Thermal Paste Questions

Discussion in 'MacBook Pro' started by steiney, Sep 17, 2010.

  1. steiney macrumors 6502

    Joined:
    Nov 6, 2009
    #1
    Hello All,

    I have a few questions about thermal paste. Before anyone MRoogle's me, I have read through the previous thermal paste related threads, and didn't really see an answer to my questions. So...

    1. After looking through a thorough procedure manual, I don't feel confident that I could handle taking apart my MBP to get to the thermal paste. Therefore, I was thinking I would take it to an authorized Apple technician since I'm in Gainesville, FL and there is not an Apple store here. Is this something most authorized Apple technicians could handle without a doubt? I really can't afford to have my MBP destroyed.

    2. In reference to question #1, how much should I expect to pay for this service, not including the cost of the arctic silver, or whatever paste they use?

    3. Should I purchase the arctic silver myself, or let the technician supply it?

    4. How important is reapplying the thermal paste, in terms of performance? I don't mean in terms of staying cooler, I mean in terms of speed of the processor and overall computer speeds. I have read that some CPU's underclock themselves when they get too hot, in an effort to save the CPU from burning out.

    I think those are all my questions. If anyone can offer answers or advice, I would greatly appreciate it.

    Thanks in advance!

    steiney
     
  2. alphaod macrumors Core

    alphaod

    Joined:
    Feb 9, 2008
    Location:
    NYC
    #2
    An authorized shop won't do it unless you have issues with your existing set up. Too much of a liability to take apart a working computer.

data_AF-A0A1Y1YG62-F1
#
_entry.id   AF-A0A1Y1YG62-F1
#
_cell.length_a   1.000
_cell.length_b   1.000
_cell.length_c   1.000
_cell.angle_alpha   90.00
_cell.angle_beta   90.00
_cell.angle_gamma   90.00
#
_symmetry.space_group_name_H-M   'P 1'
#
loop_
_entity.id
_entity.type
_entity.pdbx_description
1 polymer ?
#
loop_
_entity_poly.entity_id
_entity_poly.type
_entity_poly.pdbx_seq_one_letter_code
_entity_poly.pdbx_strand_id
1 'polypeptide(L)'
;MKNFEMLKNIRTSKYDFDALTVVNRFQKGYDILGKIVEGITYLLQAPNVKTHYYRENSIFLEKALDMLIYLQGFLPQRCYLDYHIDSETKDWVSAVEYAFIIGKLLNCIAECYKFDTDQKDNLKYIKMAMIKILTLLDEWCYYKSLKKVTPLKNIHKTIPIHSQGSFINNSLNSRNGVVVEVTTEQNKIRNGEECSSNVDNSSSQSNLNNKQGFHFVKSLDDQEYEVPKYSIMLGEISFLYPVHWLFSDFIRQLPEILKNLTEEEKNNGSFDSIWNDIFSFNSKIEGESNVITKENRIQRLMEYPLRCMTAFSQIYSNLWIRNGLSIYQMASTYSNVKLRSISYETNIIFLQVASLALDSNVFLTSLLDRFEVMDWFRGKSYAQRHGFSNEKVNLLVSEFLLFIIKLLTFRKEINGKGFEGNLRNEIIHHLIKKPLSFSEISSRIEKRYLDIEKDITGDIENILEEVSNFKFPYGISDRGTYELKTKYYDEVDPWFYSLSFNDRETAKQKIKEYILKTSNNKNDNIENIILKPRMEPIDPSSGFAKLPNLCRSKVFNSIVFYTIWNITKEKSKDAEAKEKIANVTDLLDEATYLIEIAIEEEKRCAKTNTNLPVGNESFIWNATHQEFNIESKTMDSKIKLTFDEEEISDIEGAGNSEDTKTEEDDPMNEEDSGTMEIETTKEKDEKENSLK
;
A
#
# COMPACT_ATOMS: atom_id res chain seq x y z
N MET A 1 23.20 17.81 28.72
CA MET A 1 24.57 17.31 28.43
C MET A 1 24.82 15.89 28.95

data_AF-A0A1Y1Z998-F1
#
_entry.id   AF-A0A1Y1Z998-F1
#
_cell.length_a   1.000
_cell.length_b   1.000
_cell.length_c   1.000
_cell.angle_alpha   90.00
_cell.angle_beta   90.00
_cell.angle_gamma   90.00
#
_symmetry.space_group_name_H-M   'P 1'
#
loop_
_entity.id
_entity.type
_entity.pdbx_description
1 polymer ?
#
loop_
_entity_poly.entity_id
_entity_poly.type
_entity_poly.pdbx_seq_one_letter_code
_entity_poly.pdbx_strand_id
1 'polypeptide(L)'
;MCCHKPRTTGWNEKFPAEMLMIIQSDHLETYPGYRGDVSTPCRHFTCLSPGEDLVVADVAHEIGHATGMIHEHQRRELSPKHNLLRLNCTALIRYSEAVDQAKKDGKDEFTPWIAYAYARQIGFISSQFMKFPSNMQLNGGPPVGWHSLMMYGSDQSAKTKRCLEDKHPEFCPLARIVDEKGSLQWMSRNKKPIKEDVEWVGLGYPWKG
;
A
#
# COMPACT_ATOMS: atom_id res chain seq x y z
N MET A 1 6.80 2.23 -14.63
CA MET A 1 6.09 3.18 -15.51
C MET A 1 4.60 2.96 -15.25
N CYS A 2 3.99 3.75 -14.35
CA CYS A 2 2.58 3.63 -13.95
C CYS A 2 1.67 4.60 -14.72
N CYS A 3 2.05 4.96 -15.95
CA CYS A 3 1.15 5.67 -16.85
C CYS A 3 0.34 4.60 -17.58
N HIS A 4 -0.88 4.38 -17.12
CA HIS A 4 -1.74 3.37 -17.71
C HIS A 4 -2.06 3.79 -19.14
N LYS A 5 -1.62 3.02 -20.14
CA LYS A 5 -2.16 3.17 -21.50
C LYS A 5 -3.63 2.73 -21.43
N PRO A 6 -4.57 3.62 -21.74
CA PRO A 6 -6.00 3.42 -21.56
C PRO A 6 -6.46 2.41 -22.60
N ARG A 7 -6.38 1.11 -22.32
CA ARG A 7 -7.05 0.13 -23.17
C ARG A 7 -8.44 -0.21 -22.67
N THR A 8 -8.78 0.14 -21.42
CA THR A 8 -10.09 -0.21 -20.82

3. GGJstudios macrumors Westmere

    GGJstudios

    Joined:
    May 16, 2008
    #3
    Thermal paste has nothing to do with CPU performance. It only relates to temperatures. If your Mac is not overheating, I wouldn't worry about the paste. Mac CPUs don't underclock to deal with temperatures. The fans spin faster at sustained higher temps and if it gets too hot, your Mac will simply shut down.
     
  4. steiney thread starter macrumors 6502

    Joined:
    Nov 6, 2009
    #4
    alphaod: Hmm... well what's your definition of working. Everything seems to be working fine, but sometimes it seems that everything starts to get kind of slow. That may just be because I have a lot of Safari tabs open as well as other memory intesive programs.

    Do authorized Apple technicians generally warranty/insure their work? I've only recently passed my Applecare expiration date, so I've never used one before. Although, I can only imagine they wouldn't let the computer out of the shop without testing it to make sure everything is working properly.

    GGJstudios: Thanks again. You've helped me with a couple other threads over the past few days. In reference to your comment, I haven't taken any actual temperature readings when the MBP heats up (although I should have), but I can tell you it gets hot enough that it will burn my the skin on my legs if there is not something between the computer and my skin. I don't mean third degree burns, but enough that the skin will be red and tender for a day or so, and hot enough that I can't stand to keep the computer directly on my skin. Is that hot enough to be considered overheating?
     
  5. Pax macrumors 6502a

    Joined:
    Dec 12, 2003
    #6
    As GGJ says your temps are probably normal, but iStat can tell you a lot. It depends somewhat on your model - the newer the model, the cooler the base as Apple refines the design. IMHO bad thermal paste is unlikely to be the cause of your hot legs. It's conceivable you have a fan problem if your Mac is getting really, really hot, but probably your Mac is "normal".

    I would suggest getting iStat and uploading a screenshot of it to here. Do it when your CPU is idle, and when it is at 100% load (various ways of doing this, we can tell you if necessary).

    I would not get too excited about your thermal paste, IMHO in most cases there is not much wrong with the "stock" paste. iStat will also test your thermal paste to some extent:- at 100% CPU load, if you see a temperature difference of 20-25C between the CPU and the heatsink, then your thermal paste is OK and swapping it won't make a huge difference to temperatures. If the temperature difference is a lot bigger than 25C then changing the paste may be useful.